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Artikel

22 Dez 2021

Autor:
Jasmin Malik Chua, Sourcing Journal

Myanmar: Clothing brands continuing operations in Myanmar accused of 'taking advantage' of political situation as labour conditions 'deteriorate'

"Myanmar’s ‘Deteroriating’ Labor-Rights Crisis Grows More Dire", 22 December 2021

“Working conditions in Myanmar [are] getting worse day by day,” Khaing Zar Aung, the exiled president of Industrial Workers Federation of Myanmar (IWFM), a trade union, tweeted earlier this week. “Forced labor is rampant in many factories.”

Before the military violently seized power...minimum daily wage had stagnated at 4,800 kyats ($2.70), barely enough for workers to survive on. Now, Khaing Zar Aung said, they’re lucky if they receive 3,600 kyats ($2.02), pushing them to the edge of starvation and destitution...

Labor campaigners are concerned that the ongoing crisis has rolled back hard-fought gains in worker rights, including freedom of association, with some factory owners colluding with the military to hunt down union organizers...

Trade unions...have urged multinational brands and retailers to divest from Myanmar, despite future job losses. At the same time, workers remain fearful...

But according to Khaing Zar Aung, this half-life isn’t a life at all, and a return to democracy is the only path forward. Yet many international brands...continue to “exploit Myanmar workers by taking advantage [of] the political situation…without knowing what is happening to workers in the garment sector,” she said...

[...]

...a handful of fashion companies...have stopped placing orders with their Burmese suppliers...

One notable holdout is H&M, which suspended orders at the onset of the coup only to “gradually” place new orders at its 56 supplier factories to stave off their “imminent risk” of closure. “We are of course deeply worried about the situation in Myanmar,” a spokesperson told Sourcing Journal. “At this point, we refrain from taking any immediate decision on future order placement and long-term presence in the country.”

Bestseller stopped orders, restarted them, then re-slammed the brakes following reports of Covid-19 outbreaks at some of its supplier factories. A representative...told Sourcing Journal that it’s “currently in a bridging solution,” meaning it will keep production running with the goal of not laying off workers, as it awaits the results of an impact assessment, which it said will be a “significant and valuable basis for determining the right approach.”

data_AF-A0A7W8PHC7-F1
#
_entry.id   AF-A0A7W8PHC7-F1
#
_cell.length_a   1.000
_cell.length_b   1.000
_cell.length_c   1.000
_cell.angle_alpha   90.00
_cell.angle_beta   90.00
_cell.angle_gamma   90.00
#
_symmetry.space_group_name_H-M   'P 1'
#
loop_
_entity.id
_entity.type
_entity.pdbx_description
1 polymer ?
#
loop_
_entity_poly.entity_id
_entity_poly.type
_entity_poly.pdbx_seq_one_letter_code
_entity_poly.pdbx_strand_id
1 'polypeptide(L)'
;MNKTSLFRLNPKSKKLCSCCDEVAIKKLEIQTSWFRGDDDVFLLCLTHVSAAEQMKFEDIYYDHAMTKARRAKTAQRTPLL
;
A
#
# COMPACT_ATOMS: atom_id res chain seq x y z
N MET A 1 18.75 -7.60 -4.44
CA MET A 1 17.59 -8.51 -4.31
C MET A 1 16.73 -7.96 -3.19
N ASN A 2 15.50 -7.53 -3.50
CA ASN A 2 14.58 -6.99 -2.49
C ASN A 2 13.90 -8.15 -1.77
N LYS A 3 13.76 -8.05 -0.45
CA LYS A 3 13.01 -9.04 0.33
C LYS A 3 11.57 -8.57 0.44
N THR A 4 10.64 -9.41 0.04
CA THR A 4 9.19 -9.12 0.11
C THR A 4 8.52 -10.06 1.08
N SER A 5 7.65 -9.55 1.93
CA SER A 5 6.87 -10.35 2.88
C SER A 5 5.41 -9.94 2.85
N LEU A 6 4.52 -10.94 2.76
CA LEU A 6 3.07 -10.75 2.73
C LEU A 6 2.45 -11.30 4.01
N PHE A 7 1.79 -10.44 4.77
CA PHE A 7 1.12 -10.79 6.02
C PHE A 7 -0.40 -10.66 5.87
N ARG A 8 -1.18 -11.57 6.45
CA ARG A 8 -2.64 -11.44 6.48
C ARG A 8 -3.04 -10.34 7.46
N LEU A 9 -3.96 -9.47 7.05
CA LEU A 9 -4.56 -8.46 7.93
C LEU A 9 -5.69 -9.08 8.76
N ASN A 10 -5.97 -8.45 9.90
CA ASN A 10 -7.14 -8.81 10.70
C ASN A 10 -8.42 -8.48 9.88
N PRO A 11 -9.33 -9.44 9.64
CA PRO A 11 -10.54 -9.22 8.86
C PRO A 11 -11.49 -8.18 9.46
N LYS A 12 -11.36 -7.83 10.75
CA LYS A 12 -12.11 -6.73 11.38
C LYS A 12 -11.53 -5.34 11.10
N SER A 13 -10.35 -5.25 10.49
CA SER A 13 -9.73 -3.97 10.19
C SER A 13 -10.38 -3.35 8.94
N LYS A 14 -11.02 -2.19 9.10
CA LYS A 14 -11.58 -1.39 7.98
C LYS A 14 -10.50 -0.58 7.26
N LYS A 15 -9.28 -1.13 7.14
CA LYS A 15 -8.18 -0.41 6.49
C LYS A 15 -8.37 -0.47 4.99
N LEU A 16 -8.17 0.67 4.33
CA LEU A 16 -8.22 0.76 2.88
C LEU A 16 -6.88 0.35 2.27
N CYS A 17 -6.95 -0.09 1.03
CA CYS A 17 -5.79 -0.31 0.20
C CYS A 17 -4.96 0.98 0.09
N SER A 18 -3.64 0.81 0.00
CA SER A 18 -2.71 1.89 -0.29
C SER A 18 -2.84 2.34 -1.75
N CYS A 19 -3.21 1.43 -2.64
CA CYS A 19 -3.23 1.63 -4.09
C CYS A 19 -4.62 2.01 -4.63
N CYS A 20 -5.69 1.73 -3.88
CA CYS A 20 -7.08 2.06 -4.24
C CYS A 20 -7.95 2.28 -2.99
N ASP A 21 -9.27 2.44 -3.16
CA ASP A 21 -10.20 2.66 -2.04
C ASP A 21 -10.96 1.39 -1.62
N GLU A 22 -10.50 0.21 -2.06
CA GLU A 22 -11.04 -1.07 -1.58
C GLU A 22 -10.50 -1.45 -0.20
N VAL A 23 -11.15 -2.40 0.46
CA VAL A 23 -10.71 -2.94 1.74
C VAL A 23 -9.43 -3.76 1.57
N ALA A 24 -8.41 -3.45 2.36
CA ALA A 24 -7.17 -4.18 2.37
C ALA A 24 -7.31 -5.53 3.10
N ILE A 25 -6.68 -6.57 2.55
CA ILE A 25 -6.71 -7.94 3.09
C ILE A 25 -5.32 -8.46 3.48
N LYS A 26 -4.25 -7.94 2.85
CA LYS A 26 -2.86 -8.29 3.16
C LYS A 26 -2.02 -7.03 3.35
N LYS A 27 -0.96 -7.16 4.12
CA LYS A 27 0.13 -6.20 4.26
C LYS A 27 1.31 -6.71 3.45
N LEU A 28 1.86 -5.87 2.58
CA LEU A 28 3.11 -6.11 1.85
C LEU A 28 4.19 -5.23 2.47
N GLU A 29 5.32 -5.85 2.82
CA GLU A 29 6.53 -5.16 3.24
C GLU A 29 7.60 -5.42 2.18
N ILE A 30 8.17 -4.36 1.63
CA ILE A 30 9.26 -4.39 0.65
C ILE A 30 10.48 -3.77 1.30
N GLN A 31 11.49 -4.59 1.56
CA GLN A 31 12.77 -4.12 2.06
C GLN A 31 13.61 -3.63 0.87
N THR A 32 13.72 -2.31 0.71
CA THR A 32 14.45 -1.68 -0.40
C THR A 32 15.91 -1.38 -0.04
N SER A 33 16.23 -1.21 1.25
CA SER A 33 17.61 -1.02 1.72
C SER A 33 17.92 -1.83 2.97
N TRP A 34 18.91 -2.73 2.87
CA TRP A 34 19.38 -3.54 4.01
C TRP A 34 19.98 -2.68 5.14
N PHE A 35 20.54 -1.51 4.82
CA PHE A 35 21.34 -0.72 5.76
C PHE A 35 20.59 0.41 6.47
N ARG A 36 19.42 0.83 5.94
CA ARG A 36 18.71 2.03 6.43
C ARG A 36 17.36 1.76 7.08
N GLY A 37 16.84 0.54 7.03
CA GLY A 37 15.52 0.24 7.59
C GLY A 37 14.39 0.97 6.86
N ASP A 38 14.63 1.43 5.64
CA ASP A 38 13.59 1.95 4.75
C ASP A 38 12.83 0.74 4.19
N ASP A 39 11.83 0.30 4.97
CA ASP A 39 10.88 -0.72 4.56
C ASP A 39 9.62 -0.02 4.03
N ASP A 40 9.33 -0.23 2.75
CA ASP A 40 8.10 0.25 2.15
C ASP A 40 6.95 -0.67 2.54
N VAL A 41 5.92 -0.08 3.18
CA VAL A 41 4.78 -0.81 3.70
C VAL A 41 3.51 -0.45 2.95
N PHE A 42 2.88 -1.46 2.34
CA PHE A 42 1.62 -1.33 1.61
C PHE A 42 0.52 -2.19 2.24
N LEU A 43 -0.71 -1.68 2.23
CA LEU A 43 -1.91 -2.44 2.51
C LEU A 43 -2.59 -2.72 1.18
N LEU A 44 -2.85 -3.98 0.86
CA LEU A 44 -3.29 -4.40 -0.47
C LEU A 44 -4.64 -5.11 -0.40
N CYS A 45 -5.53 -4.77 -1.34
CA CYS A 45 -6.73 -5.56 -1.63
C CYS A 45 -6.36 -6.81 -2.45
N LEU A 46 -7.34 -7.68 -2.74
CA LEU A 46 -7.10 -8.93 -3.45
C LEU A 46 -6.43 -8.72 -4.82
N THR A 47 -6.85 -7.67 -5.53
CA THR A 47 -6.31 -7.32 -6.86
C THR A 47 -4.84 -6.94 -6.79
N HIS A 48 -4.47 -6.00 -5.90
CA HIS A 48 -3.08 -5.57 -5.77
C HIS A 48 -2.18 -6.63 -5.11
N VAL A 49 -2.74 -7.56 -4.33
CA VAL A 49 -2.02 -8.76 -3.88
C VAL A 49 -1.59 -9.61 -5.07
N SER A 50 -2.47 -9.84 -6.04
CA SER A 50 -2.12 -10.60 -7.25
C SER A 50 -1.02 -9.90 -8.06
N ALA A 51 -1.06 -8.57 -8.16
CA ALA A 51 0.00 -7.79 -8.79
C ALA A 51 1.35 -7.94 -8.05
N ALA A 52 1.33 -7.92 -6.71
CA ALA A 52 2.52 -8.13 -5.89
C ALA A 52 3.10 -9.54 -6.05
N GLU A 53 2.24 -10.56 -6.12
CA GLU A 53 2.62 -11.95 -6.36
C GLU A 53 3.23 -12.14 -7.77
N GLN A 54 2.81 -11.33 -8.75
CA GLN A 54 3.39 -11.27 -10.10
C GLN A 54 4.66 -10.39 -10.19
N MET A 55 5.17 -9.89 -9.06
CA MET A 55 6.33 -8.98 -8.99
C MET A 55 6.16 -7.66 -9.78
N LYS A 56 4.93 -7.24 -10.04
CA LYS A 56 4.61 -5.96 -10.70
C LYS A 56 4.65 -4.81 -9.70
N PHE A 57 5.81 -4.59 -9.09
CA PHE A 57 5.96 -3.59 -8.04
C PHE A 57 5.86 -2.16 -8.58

Primark, too, is awaiting the results of an impact assessment before making a decision on whether to stop production. “...we are conscious of the thousands of workers whose livelihoods depend on employment at our suppliers’ factories,” a spokesperson told Sourcing Journal. “In the meantime, we remain committed to all orders and our current suppliers. We continue to monitor for compliance with our code of conduct to support the safety and welfare of workers in Myanmar and have heightened our due diligence to give us confidence that none of our suppliers’ factories have links to the current regime.”

Western brands and retailers say the question of whether to stay or leave is a nuanced one. The European Chamber of Commerce warned...that Myanmar’s garment sector was “unlikely to recover for years” if brands cut and run. The same month, ACT (Action, Collaboration, Transformation)...provided guidance on how to communicate with suppliers about letting go of workers responsibly...

“The tide is turning against remaining in Myanmar,” Sofia Nazalya, senior human-rights analyst at Verisk Maplecroft, a risk-assessment firm, told Sourcing Journal. “While companies may be hesitant to leave garment workers in the lurch, recent calls by the trade unions to divest intensify pressure on companies to reexamine the role they play in the country.”...

The question for multinational companies now “goes beyond whether they can guarantee employment for workers, but how their presence may be perceived to lend support to a brutal dictatorship,” Nazalya added. “As it stands, companies are already increasingly unable to mitigate deteriorating labor conditions in Myanmar.”

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